• photo slide
  • photo slide
  • photo slide
  • photo slide

About The Dean

kazem-2012-june

Engineering Dean Kazem Kazerounian

Kazem Kazerounian joined UConn in 1984 after receiving his Ph.D. degree in mechanical engineering from the University of Illinois at Chicago in 1984.

Previously, he served as Associate Dean for Research & Strategic Initiatives and a professor of Mechanical Engineering. In support of, and in collaboration with, former Engineering Dean Mun Y. Choi – who is now Provost and Vice President for Academic Affairs – Dean Kazerounian was responsible for leading strategic initiatives focused on expanding the School’s research enterprise, institutional advancement, educational innovation, and technology commercialization.

Dean Kazerounian has held numerous leadership roles at UConn. He was an elected representative on the University Senate (2008-2011), and served on numerous University-level committees, including the Provost’s Research Equipment Competition Committee, Research Advisory Council, Faculty Review Board, and Review Panel for Intercampus Research Grants. He chaired the School of Engineering Academic Plan 2009-2014 committee, and previously served as Associate Dean for Research & Outreach from 1998-2001. In addition, he was Director of the Advanced Technologies Institute (ATI) from 1999-2001.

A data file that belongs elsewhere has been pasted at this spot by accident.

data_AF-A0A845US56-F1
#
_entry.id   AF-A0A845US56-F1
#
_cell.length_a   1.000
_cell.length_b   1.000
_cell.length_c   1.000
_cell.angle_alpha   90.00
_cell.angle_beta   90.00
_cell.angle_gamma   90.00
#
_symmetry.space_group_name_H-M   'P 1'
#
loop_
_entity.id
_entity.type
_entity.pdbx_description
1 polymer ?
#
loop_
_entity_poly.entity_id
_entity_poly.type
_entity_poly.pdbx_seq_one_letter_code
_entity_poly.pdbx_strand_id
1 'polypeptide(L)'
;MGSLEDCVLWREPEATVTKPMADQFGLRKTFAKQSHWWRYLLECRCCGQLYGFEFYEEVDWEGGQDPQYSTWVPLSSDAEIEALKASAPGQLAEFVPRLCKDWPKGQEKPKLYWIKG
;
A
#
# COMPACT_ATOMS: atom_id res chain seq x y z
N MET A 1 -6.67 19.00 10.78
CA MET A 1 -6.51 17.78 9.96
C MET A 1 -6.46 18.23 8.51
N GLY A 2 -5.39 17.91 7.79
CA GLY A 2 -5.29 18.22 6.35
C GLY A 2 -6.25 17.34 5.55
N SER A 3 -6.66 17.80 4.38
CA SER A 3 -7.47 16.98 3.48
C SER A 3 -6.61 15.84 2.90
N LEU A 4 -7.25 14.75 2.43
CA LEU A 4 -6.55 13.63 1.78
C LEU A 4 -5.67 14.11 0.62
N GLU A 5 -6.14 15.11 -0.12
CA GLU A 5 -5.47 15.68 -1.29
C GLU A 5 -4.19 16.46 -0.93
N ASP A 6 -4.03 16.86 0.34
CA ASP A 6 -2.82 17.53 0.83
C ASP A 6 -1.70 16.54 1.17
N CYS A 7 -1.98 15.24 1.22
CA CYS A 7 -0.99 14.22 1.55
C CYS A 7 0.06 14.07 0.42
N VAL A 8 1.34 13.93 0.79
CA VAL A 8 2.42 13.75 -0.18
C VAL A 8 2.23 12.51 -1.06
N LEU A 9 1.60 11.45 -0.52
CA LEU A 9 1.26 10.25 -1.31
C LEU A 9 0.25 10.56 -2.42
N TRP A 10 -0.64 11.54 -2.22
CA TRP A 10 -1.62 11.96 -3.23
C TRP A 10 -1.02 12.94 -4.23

At the national level, Dean Kazerounian has chaired the American Society of Mechanical Engineers (ASME) Design Division Executive Committee and several major national and international conferences and technical committees. He has served on the editorial boards of the ASME Applied Mechanics Review and ASME Journal of Medical Devices and was Associate Editor of both the ASME Journal of Mechanical Design and the Journal of Mechanisms and Machine Theory. In addition, he is a Fellow of ASME and an elected member of the Connecticut Academy of Science & Engineering, and the recipient of the ASME Design Division Mechanisms and Robotics Award (a lifetime achievement award) in recognition of cumulative contributions to the field of mechanisms design and theory (2006), the George Wood Award in recognition of significant contributions to the field of mechanisms and robotics (1997), and the ABB Outstanding Faculty Award (1997).

His research expertise lies in analytical and computational kinematics and dynamics applied in diverse applications, such as protein-based nano mechanical devices, optimization of mechanisms and gear systems, robotics, and human motion analysis.